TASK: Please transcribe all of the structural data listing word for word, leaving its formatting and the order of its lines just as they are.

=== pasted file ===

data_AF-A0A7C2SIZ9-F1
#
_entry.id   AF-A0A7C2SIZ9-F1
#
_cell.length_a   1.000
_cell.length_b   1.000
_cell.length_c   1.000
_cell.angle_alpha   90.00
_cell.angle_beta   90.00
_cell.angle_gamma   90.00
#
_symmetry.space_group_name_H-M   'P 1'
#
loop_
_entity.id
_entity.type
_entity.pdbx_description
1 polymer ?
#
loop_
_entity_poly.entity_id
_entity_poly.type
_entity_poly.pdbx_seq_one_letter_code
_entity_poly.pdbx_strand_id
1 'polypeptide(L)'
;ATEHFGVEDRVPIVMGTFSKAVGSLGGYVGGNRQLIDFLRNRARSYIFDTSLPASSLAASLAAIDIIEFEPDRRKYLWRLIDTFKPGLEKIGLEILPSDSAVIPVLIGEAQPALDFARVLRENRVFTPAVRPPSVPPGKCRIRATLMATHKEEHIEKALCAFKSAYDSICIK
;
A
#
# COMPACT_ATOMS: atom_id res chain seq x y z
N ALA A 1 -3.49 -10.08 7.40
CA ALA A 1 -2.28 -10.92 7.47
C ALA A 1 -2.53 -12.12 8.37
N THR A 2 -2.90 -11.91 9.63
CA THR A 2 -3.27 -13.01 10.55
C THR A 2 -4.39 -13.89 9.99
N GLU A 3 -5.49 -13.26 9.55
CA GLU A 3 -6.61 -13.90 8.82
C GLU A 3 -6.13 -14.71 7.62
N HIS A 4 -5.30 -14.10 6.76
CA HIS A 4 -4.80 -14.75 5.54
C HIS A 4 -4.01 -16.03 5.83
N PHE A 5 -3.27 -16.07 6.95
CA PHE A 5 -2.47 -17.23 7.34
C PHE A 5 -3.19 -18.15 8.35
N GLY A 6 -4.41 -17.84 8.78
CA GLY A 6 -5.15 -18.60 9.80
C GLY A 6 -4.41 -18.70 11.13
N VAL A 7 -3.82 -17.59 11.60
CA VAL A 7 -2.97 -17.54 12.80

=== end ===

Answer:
data_AF-A0A7C2SIZ9-F1
#
_entry.id   AF-A0A7C2SIZ9-F1
#
_cell.length_a   1.000
_cell.length_b   1.000
_cell.length_c   1.000
_cell.angle_alpha   90.00
_cell.angle_beta   90.00
_cell.angle_gamma   90.00
#
_symmetry.space_group_name_H-M   'P 1'
#
loop_
_entity.id
_entity.type
_entity.pdbx_description
1 polymer ?
#
loop_
_entity_poly.entity_id
_entity_poly.type
_entity_poly.pdbx_seq_one_letter_code
_entity_poly.pdbx_strand_id
1 'polypeptide(L)'
;ATEHFGVEDRVPIVMGTFSKAVGSLGGYVGGNRQLIDFLRNRARSYIFDTSLPASSLAASLAAIDIIEFEPDRRKYLWRLIDTFKPGLEKIGLEILPSDSAVIPVLIGEAQPALDFARVLRENRVFTPAVRPPSVPPGKCRIRATLMATHKEEHIEKALCAFKSAYDSICIK
;
A
#
# COMPACT_ATOMS: atom_id res chain seq x y z
N ALA A 1 -3.49 -10.08 7.40
CA ALA A 1 -2.28 -10.92 7.47
C ALA A 1 -2.53 -12.12 8.37
N THR A 2 -2.90 -11.91 9.63
CA THR A 2 -3.27 -13.01 10.55
C THR A 2 -4.39 -13.89 9.99
N GLU A 3 -5.49 -13.26 9.55
CA GLU A 3 -6.61 -13.90 8.82
C GLU A 3 -6.13 -14.71 7.62
N HIS A 4 -5.30 -14.10 6.76
CA HIS A 4 -4.80 -14.75 5.54
C HIS A 4 -4.01 -16.03 5.83
N PHE A 5 -3.27 -16.07 6.95
CA PHE A 5 -2.47 -17.23 7.34
C PHE A 5 -3.19 -18.15 8.35
N GLY A 6 -4.41 -17.84 8.78
CA GLY A 6 -5.15 -18.60 9.80
C GLY A 6 -4.41 -18.70 11.13
N VAL A 7 -3.82 -17.59 11.60
CA VAL A 7 -2.97 -17.54 12.80